Remember those great times on Apple’s Ping? No? How about Apple Music Connect? Still no? Yeah – Apple should give up on the music social network thing, because it’s not going to happen. For the literally several of you who are heartbroken at Connect’s death, prepare for more pain: on 29 May, all content is going to be ‘disconnected’.

Price hikes

Apple’s never going to be a bargain-basement brand, but 2018 felt like the year Apple just wouldn’t stop ramping up prices. There were often good tech reasons, but it’s not a great look when the base Mac mini doubles in price, phones are well into four figures, and last year’s iPad Pro awkwardly sticks around because this year’s one is presumably deemed too expensive as an entry point.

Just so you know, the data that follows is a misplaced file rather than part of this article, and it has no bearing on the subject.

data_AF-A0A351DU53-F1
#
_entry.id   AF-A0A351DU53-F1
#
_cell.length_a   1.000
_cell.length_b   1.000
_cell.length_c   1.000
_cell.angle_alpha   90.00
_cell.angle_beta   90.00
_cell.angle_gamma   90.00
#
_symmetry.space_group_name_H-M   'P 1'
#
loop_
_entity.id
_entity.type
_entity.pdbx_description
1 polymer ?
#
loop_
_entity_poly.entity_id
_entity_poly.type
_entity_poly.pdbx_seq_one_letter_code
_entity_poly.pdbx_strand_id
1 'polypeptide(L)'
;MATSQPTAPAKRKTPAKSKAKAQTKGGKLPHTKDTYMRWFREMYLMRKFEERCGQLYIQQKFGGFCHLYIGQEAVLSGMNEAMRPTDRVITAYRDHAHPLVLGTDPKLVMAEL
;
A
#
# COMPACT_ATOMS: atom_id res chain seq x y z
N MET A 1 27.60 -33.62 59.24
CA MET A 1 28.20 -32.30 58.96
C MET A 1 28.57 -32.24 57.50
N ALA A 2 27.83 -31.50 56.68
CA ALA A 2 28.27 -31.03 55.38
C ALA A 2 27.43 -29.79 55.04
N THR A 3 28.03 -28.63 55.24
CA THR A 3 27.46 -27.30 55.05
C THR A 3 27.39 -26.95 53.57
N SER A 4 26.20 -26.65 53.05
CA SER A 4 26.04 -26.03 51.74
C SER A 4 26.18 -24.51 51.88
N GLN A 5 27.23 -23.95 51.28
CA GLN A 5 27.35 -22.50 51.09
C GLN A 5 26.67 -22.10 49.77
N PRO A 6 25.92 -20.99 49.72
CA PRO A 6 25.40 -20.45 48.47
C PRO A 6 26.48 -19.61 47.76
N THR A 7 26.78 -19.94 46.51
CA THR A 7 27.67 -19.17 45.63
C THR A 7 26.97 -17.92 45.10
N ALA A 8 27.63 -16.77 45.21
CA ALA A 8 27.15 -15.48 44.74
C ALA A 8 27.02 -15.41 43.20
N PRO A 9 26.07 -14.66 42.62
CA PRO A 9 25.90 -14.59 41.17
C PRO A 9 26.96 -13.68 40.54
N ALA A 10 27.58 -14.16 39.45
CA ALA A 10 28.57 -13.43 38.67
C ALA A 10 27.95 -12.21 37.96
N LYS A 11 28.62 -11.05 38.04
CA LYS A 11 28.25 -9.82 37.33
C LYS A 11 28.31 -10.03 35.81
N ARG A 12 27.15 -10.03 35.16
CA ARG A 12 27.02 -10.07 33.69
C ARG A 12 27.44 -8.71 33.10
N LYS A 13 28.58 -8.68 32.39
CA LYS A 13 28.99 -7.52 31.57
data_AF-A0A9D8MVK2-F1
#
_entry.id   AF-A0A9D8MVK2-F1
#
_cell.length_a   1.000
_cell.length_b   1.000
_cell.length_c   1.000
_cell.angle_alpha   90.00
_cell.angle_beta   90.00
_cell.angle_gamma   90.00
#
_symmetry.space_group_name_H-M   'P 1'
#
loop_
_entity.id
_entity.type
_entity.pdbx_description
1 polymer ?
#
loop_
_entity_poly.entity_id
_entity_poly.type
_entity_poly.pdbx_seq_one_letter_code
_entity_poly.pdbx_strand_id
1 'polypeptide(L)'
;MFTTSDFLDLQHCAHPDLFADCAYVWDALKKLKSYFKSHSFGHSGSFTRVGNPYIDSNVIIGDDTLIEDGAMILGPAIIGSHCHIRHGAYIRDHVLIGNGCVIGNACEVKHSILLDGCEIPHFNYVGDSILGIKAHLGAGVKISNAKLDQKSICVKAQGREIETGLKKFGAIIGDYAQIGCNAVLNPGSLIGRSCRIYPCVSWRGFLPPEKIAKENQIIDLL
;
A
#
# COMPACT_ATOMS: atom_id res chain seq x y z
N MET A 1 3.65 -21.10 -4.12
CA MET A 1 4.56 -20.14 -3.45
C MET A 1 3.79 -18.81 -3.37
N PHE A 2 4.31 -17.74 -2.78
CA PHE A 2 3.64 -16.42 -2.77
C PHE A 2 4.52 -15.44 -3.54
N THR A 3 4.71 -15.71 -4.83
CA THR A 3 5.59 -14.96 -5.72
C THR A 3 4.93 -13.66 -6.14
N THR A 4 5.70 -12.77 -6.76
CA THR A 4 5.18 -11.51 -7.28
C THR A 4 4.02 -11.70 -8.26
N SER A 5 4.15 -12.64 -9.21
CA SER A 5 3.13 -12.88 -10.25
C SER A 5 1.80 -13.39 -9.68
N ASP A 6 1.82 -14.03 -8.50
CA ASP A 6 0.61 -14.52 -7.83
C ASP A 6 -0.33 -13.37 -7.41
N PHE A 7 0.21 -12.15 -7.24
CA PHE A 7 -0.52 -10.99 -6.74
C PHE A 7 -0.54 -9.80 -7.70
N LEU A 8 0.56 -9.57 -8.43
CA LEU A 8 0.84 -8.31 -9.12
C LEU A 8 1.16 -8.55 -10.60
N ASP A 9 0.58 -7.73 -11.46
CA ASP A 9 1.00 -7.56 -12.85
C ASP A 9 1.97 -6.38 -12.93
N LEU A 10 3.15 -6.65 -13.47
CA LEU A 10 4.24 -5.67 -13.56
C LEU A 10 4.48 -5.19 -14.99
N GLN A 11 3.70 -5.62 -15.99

It wouldn’t be a year in tech without an Apple ‘gate’ story. This year’s was ‘ringgate’, named after white rings the HomePod left on the kind of expensive wooden surfaces that people who buy expensive Apple speakers might place them. The silicone base was to blame. Still, it wasn’t all bad news: it opened up a whole new market for HomePod coasters.





Apple prides itself on consistency. Operating systems and services talk to each other. Apps conform to strict guidelines, so you’ll have a fighting chance of mastering them from day one. But in 2018, something felt off.

We got two incompatible iPad Pencils, and iOS devices with two different charging connectors. Apple’s device naming is all over the shop. And in ergonomics, there’s an ongoing turf war between those who argue against touchscreens in a laptop form factor, and those who consider this logical evolution. Here’s hoping for joined-up thinking across the board in 2019.